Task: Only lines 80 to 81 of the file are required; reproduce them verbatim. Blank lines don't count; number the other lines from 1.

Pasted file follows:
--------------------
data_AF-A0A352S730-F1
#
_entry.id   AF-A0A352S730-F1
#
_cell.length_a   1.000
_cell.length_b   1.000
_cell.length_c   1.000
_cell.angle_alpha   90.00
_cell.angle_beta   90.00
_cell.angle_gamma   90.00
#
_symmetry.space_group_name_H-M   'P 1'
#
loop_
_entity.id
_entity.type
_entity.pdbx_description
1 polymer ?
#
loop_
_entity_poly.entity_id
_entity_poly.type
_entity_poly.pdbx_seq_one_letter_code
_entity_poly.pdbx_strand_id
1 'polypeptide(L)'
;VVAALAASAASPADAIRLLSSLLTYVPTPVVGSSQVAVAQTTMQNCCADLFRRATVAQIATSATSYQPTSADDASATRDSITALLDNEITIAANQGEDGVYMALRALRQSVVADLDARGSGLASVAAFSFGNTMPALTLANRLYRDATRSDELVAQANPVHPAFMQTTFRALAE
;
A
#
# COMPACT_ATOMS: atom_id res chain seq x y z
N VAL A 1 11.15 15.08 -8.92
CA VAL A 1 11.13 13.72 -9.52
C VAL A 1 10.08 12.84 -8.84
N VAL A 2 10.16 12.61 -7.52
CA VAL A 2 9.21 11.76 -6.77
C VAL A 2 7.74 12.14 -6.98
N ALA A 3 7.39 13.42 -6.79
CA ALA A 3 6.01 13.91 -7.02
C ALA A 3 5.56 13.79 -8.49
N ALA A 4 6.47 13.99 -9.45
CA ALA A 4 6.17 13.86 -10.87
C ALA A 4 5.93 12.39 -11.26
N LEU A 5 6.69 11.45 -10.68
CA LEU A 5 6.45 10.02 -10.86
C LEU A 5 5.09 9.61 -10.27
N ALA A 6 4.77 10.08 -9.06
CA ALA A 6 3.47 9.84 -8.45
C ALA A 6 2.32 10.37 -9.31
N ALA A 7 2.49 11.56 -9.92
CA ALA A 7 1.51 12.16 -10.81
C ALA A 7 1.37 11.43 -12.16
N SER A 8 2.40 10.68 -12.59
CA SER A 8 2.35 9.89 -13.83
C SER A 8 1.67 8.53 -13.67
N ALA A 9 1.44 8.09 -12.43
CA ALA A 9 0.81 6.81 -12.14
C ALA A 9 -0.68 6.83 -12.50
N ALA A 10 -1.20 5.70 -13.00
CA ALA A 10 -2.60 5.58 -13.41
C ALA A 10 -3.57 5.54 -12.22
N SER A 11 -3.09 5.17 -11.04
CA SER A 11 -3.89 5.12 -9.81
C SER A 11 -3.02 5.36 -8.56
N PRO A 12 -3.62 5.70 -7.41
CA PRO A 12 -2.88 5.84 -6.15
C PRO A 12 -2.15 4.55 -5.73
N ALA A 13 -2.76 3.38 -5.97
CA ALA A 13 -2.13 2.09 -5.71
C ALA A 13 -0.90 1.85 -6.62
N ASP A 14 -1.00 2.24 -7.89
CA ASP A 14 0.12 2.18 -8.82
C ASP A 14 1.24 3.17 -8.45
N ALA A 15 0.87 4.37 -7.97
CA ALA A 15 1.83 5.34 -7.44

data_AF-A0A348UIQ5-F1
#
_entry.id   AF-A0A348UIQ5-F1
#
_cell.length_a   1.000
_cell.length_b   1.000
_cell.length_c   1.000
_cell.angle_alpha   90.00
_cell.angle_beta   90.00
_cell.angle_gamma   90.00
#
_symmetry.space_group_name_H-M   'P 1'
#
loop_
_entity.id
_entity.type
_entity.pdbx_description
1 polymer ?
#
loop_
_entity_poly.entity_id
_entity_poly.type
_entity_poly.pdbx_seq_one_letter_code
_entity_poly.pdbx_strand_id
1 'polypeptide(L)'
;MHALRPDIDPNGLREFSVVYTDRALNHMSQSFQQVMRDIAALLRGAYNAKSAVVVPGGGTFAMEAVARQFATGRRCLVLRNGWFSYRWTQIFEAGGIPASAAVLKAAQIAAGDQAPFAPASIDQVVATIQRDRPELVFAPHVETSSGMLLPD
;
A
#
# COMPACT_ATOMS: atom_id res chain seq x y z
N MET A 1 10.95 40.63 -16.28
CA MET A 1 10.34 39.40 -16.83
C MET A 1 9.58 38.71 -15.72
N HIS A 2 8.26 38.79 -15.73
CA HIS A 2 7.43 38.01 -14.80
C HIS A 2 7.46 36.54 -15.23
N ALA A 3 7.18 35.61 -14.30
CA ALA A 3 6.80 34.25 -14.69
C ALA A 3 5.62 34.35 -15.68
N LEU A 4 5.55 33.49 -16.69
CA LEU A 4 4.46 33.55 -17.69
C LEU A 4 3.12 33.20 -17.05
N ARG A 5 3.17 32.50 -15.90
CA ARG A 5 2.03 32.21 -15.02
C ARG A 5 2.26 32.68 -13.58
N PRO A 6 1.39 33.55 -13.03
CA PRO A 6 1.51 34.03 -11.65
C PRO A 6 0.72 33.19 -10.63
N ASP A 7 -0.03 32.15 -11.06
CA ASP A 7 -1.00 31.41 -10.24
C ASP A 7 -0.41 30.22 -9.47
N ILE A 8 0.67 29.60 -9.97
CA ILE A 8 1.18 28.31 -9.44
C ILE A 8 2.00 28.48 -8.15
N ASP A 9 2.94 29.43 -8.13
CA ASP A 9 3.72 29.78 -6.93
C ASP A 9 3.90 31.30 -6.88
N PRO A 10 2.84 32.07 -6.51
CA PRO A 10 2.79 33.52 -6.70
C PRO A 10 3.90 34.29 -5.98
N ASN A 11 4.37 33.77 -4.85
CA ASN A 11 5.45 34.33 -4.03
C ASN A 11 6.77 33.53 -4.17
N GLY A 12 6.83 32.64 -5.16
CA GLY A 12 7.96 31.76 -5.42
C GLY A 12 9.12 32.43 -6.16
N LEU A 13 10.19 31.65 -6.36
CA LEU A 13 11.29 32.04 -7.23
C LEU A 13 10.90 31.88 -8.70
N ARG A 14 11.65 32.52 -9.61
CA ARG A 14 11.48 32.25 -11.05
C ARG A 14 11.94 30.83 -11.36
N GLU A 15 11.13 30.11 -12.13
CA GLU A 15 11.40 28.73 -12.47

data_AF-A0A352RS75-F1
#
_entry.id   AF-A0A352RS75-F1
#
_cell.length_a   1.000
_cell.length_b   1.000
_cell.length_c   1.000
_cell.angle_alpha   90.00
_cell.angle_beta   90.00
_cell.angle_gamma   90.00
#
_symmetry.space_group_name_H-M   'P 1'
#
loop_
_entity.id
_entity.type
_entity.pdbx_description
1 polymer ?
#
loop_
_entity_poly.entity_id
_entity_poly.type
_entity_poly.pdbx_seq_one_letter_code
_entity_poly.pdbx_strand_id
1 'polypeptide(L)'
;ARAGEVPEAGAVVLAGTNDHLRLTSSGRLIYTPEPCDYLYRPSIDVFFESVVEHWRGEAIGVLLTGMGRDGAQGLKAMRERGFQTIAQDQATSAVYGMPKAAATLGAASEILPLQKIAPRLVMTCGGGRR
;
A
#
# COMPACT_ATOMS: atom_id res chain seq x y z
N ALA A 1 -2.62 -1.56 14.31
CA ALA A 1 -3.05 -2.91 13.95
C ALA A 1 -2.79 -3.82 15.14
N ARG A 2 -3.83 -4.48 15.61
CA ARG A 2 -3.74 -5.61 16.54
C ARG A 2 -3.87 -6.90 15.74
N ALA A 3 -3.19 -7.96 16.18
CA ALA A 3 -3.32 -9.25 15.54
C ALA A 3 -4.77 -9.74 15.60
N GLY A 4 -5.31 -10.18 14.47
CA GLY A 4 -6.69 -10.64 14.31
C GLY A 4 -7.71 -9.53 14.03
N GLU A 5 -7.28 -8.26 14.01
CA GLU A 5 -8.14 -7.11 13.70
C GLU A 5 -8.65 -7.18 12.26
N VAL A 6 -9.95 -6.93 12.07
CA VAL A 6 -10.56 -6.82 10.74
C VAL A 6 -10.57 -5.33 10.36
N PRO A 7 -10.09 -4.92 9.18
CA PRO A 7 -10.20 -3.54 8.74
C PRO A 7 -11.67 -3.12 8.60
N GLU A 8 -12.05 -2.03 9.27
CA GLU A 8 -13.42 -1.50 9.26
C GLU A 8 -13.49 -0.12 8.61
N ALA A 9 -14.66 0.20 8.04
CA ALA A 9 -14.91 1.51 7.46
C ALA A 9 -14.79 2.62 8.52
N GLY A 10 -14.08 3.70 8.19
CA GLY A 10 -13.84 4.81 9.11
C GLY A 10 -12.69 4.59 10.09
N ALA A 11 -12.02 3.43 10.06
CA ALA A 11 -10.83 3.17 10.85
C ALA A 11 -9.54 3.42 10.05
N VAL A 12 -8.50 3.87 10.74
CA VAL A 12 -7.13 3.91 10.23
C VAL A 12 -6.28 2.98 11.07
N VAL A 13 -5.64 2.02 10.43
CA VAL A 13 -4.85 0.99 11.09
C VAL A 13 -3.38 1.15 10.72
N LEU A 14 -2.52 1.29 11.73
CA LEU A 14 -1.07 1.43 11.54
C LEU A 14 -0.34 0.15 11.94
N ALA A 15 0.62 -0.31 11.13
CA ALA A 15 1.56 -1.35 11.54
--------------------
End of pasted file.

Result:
_cell.length_b   1.000
_cell.length_c   1.000